Jussie Smollett Indicted on 16 Felony Counts for Reporting Fake Hate Crime
A Chicago grand jury has returned a 16-count felony indictment against 'Empire' star Jussie Smollett for falsely reporting a hate crime attack in late January. Each of the charges carries a potential sentence ranging from probation to four years.
The disorderly conduct charges refer specifically to “false report of offense” and are Class 4 felonies. Smollett is scheduled to be arraigned on March 14.
Smollett, a black and openly gay actor, told police he was attacked by Trump supporters while he was walking home from a Subway restaurant in Streeterville, Ill., at around 2 a.m. on Jan. 29. He claimed that two masked men attacked him in the street, shouting racist and homophobic slurs as they beat him, put a noose around his neck, and poured a chemical thought to be bleach on him.
In reality, however, according to police, Smollett paid two pals, Ola and Abel Osundairo, $3,500 by check to stage the hate crime attack.
CBS 2’s Charlie De Mar has reported Smollett also directed the brothers to buy the noose at a hardware store and the hat and masks at a store in Uptown. Johnson said police have the check.
Police said the two brothers wore gloves during the staged attack, and did punch Smollett, but the scratches and bruises on Smollett’s face most likely were self-inflicted.
“Jussie Smollett knew that at the time … there was no reasonable ground for believing that such offenses had been committed,” the indictment says.
Smollett was charged last month with a single felony count of disorderly conduct/filing a false report based on allegations brought by the Cook County State's Attorney's Office.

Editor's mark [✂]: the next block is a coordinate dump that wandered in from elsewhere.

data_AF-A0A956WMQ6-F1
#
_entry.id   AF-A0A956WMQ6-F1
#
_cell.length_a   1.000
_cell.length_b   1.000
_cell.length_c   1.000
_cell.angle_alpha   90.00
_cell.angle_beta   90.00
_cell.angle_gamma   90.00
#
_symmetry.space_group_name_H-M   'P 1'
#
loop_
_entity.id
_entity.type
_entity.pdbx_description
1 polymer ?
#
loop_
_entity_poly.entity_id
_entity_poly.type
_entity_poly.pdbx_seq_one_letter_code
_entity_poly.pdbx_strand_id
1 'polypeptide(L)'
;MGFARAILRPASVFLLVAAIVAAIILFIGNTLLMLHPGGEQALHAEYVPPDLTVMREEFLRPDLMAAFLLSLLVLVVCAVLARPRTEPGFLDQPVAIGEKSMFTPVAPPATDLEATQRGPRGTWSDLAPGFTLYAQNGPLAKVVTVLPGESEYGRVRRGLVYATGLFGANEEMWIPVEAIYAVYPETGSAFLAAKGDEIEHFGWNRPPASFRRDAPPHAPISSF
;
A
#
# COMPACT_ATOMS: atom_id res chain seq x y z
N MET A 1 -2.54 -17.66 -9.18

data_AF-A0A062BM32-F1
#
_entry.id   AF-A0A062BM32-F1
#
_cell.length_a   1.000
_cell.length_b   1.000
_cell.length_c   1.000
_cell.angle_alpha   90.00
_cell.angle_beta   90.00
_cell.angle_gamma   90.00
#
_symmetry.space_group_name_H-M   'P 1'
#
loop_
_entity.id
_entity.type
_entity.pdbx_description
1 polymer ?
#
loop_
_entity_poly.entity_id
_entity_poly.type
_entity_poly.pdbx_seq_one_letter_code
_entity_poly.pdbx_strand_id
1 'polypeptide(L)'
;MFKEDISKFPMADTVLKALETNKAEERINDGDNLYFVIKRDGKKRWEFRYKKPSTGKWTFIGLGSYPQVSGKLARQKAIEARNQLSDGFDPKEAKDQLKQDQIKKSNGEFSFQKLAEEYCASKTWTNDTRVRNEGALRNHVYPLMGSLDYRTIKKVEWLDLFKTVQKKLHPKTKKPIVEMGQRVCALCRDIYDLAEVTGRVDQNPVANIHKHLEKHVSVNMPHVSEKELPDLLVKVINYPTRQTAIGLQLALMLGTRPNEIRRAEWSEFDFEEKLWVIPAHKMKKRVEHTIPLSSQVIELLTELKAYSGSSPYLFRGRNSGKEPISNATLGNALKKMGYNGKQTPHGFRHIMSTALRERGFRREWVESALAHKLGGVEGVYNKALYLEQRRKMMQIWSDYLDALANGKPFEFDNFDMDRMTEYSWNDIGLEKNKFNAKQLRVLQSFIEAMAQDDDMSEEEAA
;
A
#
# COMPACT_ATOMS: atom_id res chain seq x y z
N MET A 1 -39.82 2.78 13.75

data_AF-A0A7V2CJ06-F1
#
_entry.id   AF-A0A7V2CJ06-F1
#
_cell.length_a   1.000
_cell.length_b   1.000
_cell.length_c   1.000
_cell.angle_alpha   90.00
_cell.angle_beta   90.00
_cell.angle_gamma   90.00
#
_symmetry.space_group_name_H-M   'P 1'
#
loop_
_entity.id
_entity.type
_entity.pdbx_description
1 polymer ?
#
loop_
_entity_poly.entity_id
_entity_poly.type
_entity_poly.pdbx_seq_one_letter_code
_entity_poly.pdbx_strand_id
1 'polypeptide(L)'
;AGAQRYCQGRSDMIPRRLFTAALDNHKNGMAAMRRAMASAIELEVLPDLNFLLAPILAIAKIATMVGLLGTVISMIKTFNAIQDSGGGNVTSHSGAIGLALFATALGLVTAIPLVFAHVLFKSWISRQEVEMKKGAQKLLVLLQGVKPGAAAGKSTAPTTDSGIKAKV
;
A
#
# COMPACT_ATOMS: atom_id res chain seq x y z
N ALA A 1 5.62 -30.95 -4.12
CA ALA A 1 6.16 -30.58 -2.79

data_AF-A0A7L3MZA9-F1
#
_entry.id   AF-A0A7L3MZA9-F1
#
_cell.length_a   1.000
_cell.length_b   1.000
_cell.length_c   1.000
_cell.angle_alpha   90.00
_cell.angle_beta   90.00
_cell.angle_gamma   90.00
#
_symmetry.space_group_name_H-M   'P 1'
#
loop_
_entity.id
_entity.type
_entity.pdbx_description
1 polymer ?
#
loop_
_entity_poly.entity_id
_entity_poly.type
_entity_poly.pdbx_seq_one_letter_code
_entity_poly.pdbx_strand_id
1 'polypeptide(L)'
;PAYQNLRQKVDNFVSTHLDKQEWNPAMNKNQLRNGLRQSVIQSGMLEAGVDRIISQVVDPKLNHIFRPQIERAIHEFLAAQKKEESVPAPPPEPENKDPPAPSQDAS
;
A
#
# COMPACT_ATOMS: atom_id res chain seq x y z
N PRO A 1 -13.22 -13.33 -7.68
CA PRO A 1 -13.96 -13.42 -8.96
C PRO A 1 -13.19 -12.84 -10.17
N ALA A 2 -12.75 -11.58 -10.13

According to CWB Chicago, the grand jury's indictment states that Smollett made his false report initially to a Chicago beat cop and then did a follow-up interview with a detective later that day.
In one set of charges, the grand jury found that Smollet filed a false police report around 2 a.m. on Jan. 29th in which he told an officer that he was attacked near 341 East Lower North Water Street by two unknown men who were dressed in black and one of whom wore a ski mask. The jury further found that Smollett told the original officer that the attackers called him racial and homophobic slurs and struck him in the face with their hands. The police report connected to these charges also indicate that Smollett claimed that a noose had been placed around his neck and a "chemical" had been poured on him.
The second set of charges returned by the grand jury involves Smollett's alleged false reporting of the incident to a police detective later the same day. Additional details that Smollett apparently included in the second interview include: the men approached him from behind, Smollett fought back, and all three men fell to the ground where Smollett said he was kicked in the back and felt someone pulling on his neck. During this interview, Smollett also told the officer that one offender was a white male wearing a black mask with an open area around the eyes that exposed the attacker's skin, the grand jury found.
Although Chicago Police Superintendent Eddie Johnson said last month that his department believed that Smollett was also responsible for mailing the threat letter to himself, no charges were brought against Smollett in connection with the letter. According to TMZ, "the brothers told police they had nothing to do with the letter, and only saw it in a photo on Jussie's phone."
As CWB Chicago notes, Smollett is unlikely to be convicted on more than a tiny fraction of the charges.
Most Cook County criminal cases are resolved through plea bargains in which a defendant pleads guilty to one and, rarely, two counts of an indictment in return for a favorable sentence. Only by going to trial do most defendants run the real risk of being convicted of more than one or two counts.